That sounds like a really fun project.
Have you considered doing a performance test between the methodology that you sketched out versus trying to do the same thing via SQL updates with a plugin (e.g. BaseElements plugin)?
I believe that the FileMaker metadata tables should provide you access to the information that you would need regarding field names and types.
At the end of the day, I believe you would still be performing an update on one record/row at a time, so the big questions as I see it are:
- Can you tolerate using a plugin?
- Which incurs more overhead?
- Which is easier to do error detection?
- Which is easier to customize?
One thing that I find attractive about using the meta-data tables is that you should be able to detect an error condition whereby one of your data layouts was not updated after a new field was added to the schema. The flip side to this is that using your layout approach allows you to selectively omit certain fields from the munge process, e.g. a field that validates against a value list of defined strings whereby the munge process would result in invalid data.
I would be curious to find out what you settle on, should you be willing to keep us updated with your progress.
Best and good luck!
You could use a goto field to step through each field in the tab order, check the active field name against your list of fields to handle and do a replace "in place" without specifying a target field.
I had thought about that, and might be able to adjust accordingly. But I'm not confident that:
1) All fields will always be on the layout
2) The tab order will always be correct, and include all fields.
IE, what do I do when there were fields in the list that were not addressed?
In retrospect, I'm not terribly worried about how long it would take to run, it just seemed like a series of replaces is more graceful than going to every record, then every field, and using a set field step.
I thought about doing it "from the outside". but soon figured that there would be issues with certain things. IE how to handle containers, field repetitions, etc.. special filemaker things that sometimes act finicky in ESS.
Since there are a few more design functions in filemaker that are useful in this instance (IE FieldType() ), I think native filemaker is the best way to go.
As noted to Wim below, in retrospect I guess speed isn't necessarily that important to me, so I intend to build out the most robust script I can to handle all "variables" of data that could happen, and test extensively.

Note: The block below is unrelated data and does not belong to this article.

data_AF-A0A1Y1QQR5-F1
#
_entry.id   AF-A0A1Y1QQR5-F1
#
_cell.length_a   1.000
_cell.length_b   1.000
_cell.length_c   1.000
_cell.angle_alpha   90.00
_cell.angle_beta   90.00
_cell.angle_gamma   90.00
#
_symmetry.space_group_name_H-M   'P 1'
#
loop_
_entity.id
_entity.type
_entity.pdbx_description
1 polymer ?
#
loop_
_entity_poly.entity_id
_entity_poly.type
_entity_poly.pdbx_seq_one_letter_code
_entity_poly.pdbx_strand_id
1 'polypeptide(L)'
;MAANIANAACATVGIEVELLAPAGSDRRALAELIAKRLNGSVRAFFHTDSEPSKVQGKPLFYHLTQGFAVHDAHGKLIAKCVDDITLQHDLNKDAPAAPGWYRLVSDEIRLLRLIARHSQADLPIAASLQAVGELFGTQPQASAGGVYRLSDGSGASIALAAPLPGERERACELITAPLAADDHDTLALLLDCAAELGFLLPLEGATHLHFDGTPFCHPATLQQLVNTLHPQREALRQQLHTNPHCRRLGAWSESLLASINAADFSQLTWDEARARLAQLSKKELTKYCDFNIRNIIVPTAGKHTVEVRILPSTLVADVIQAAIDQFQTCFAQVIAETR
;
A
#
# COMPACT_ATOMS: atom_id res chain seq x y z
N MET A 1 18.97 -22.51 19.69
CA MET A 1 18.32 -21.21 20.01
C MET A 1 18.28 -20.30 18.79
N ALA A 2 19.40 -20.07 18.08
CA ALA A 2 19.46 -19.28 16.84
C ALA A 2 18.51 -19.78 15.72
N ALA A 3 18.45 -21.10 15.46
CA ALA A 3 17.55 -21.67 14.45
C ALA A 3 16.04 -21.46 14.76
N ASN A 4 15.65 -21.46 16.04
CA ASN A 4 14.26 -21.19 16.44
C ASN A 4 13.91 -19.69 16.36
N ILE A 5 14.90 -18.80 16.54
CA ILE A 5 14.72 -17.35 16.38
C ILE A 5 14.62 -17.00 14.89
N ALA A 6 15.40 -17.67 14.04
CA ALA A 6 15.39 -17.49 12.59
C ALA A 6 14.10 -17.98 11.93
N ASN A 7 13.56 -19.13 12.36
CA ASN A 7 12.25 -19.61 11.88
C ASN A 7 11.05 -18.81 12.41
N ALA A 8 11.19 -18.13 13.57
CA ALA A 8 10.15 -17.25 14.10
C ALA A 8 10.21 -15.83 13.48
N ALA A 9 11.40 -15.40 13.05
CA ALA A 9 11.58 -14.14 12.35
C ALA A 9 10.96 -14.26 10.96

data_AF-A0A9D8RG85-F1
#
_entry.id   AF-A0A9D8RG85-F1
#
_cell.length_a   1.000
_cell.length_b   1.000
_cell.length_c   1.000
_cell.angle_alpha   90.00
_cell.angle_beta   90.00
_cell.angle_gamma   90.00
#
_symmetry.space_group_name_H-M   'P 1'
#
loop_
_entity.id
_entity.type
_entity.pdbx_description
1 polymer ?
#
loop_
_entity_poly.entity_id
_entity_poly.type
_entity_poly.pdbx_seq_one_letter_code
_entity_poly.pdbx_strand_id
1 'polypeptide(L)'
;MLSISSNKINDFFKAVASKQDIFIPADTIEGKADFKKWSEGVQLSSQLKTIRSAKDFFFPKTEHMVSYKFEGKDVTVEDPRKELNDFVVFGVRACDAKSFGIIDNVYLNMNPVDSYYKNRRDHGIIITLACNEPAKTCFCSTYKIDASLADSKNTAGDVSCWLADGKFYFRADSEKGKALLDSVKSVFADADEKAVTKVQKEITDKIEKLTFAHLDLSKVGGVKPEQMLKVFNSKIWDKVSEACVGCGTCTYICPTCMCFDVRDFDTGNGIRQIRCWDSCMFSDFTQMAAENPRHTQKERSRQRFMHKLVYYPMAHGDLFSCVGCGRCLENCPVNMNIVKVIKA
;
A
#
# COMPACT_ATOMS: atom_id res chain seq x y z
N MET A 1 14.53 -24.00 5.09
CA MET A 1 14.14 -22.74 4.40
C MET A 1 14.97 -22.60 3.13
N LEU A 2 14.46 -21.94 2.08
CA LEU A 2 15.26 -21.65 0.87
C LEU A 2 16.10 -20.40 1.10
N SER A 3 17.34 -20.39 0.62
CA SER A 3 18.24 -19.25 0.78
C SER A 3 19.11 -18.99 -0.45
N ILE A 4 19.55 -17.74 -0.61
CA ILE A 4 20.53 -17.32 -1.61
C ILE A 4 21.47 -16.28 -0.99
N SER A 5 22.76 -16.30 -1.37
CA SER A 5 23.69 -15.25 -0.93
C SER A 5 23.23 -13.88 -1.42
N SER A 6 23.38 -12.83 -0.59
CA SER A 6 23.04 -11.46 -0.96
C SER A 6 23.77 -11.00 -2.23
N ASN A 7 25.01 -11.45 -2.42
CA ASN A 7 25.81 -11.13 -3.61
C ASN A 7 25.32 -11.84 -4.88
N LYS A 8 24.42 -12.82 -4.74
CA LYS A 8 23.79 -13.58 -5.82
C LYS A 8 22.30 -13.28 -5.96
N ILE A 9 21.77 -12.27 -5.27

In that case you probably should use the FM metatables and build a data dictionary table (even if it just in memory) so that you can keep track of what fields have been set. That way you can also process fields that are NOT on any layout but may contain data.
This makes sense.
The one thing I would mention again, however, are the metadata tables. Wim also mentioned this in his second post.
What I am getting at is that I think the metadata tables would be a more reliable means for you to get your list of field names, versus using FieldNames. If you are using FM12, then no plugin/ESS should be necessary to go this route.
Possibly you could utilize the strengths of each of the methods for getting at your field names:
- You could use layouts to determine the list of fields that will be processed (obtaining the list using FieldNames). This would allow you a simple means for "customizing" which fields get processed, i.e. you just edit the layout.
- You could use information from the metadata tables to consider all fields, and generate a report of, for instance, a list of all non-calculation fields which were not processed, which might make the system a tad more robust.
This sounds like the right path, thanks again Wim.
I did want to make an FM11 compatible version of this, but it's not a make or break requirement.
I'm not finding much on the use of metadata tables, could you point me in the right direction of a whitepaper or functions guide?
Andrew Duncan of Databuzz wrote a nice blog about this topic which is here:
I think it's got everything you need to get up and running with this.
fantastic, thanks for all the help!